Texas Congresswoman Kay Granger tests positive for coronavirus

Granger tested positive for the respiratory disease after arriving in Washington, D.C.

By Alex Samuels
January 5, 2021 11:30AM (UTC)
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A health worker takes a swab sample from a woman at a rapid coronavirus testing station at Tocumen International Airport in Panama City on October 12, 2020, as Panama resumed its international flight operations seven months after suspending flights due to the COVID-19 novel coronavirus pandemic. (STR/AFP via Getty Images)

This article originally appeared on The Texas Tribune.

U.S. Rep. Kay Granger, R-Fort Worth, a high-ranking member of Texas' congressional delegation, has tested positive for the coronavirus, her office announced Monday afternoon.

Granger, who was on the U.S. House floor during swearing-in proceedings in Congress on Sunday, is a ranking member of the House Appropriations Committee.


Granger tested positive for the respiratory disease after arriving in Washington, D.C. and is "asymptomatic and feeling great," her office said in a statement. Granger said she will remain under the care of her doctor and has been quarantining.

According to WFAA, Granger received her first injection of the coronavirus vaccine in December. Experts say it takes a few weeks for the body to build immunity after being vaccinated, and that getting sick before completing a two-dose regimen should not undermine the potency of the vaccine.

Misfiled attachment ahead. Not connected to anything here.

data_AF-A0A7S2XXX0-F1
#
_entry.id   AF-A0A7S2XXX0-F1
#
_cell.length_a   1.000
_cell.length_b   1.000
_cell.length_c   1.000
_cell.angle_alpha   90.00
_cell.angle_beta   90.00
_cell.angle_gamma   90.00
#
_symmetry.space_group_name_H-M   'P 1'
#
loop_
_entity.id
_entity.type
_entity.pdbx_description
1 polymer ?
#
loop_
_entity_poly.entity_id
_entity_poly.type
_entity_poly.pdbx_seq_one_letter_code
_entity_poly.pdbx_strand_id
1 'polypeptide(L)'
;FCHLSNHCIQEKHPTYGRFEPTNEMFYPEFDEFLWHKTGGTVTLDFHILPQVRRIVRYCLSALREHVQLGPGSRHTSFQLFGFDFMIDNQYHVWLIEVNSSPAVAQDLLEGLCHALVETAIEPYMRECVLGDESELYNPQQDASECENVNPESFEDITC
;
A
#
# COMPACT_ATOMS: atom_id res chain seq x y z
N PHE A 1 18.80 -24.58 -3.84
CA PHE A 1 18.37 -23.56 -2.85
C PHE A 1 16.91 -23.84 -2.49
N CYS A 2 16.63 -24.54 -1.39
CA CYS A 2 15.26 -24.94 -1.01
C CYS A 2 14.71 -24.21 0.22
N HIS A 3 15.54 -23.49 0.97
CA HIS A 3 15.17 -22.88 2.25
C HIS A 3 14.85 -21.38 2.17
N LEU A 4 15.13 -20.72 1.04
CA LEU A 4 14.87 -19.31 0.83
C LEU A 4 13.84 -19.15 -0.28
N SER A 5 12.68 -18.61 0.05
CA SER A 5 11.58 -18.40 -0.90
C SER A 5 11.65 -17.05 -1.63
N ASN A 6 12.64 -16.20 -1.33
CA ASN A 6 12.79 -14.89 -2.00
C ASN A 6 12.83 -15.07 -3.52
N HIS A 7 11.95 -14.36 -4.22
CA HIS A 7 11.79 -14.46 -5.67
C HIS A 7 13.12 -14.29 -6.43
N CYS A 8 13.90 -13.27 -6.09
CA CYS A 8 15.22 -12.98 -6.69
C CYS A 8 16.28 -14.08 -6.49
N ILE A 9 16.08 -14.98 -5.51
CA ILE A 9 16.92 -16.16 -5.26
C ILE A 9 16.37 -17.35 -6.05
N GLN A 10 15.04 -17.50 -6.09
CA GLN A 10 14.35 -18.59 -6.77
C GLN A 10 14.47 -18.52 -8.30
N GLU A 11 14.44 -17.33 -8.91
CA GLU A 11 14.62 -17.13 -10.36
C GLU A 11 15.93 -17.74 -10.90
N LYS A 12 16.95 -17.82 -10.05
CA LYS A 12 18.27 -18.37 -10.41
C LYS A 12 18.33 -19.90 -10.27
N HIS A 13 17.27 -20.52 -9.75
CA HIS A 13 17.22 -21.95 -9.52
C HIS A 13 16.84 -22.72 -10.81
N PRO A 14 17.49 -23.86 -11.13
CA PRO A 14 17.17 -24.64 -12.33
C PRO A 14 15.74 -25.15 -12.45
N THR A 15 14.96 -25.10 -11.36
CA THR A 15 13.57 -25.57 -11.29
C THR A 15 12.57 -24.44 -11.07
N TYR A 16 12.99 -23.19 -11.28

Granger, 77, did not immediately release further details. It is unclear how she contracted the virus.


This is not Granger's first brush with the virus. In July, she announced she tested negative after coming in contact with U.S. Rep. Louie Gohmert, R-Tyler, who later tested positive for the COVID-19.

Multiple state leaders have tested positive for the virus since the pandemic began. The first statewide elected official to publicly confirm a positive coronavirus test was Texas Supreme Court Justice Debra Lehrmann in May. Other state lawmakers, including Rep. Tony Tinderholt, Sen. Kel Seliger and outgoing House Speaker Dennis Bonnen have tested positive. Texas Agriculture Commissioner Sid Miller also tested positive in early December.

The Texas Tribune is a member-supported, nonpartisan newsroom informing and engaging Texans on state politics and policy. Learn more at texastribune.org.


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Coronavirus Covid-19 Kay Grander Texas The Texas Tribune